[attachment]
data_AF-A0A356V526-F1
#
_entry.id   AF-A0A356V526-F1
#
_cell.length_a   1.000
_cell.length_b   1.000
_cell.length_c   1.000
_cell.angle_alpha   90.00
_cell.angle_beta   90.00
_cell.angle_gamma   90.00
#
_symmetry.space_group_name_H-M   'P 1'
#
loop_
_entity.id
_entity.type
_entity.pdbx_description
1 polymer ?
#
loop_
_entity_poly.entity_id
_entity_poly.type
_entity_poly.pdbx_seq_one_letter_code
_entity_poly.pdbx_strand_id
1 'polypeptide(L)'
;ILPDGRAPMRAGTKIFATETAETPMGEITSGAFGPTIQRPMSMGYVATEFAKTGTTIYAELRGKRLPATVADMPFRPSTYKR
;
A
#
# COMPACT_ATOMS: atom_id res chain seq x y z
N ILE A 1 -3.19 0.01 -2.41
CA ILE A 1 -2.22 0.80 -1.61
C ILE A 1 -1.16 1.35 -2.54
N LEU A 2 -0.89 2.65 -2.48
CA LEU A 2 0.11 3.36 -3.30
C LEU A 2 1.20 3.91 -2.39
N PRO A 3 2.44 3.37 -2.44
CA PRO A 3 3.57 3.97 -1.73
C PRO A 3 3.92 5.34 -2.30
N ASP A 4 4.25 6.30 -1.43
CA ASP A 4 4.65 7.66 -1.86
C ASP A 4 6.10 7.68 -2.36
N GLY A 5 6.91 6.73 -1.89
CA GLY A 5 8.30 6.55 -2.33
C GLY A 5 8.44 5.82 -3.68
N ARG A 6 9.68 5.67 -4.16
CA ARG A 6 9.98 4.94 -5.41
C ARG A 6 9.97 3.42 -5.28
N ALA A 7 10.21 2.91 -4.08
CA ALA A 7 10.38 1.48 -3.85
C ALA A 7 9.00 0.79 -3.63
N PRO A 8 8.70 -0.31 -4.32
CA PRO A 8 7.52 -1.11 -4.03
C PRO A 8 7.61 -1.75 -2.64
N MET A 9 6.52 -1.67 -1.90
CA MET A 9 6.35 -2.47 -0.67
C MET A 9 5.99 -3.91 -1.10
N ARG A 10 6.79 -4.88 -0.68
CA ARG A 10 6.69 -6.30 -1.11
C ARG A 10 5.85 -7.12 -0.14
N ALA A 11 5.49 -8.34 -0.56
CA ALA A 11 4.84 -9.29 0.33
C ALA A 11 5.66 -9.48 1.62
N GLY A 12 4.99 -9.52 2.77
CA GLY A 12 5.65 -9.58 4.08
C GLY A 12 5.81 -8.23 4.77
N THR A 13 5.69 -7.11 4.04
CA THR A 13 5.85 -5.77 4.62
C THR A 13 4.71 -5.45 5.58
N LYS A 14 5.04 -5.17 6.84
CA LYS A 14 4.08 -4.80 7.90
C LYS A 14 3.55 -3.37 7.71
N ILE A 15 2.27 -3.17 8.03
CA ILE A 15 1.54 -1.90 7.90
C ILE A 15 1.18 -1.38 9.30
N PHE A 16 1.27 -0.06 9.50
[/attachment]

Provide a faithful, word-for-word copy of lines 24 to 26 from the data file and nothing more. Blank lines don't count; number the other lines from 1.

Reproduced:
_entity_poly.pdbx_strand_id
1 'polypeptide(L)'
;ILPDGRAPMRAGTKIFATETAETPMGEITSGAFGPTIQRPMSMGYVATEFAKTGTTIYAELRGKRLPATVADMPFRPSTYKR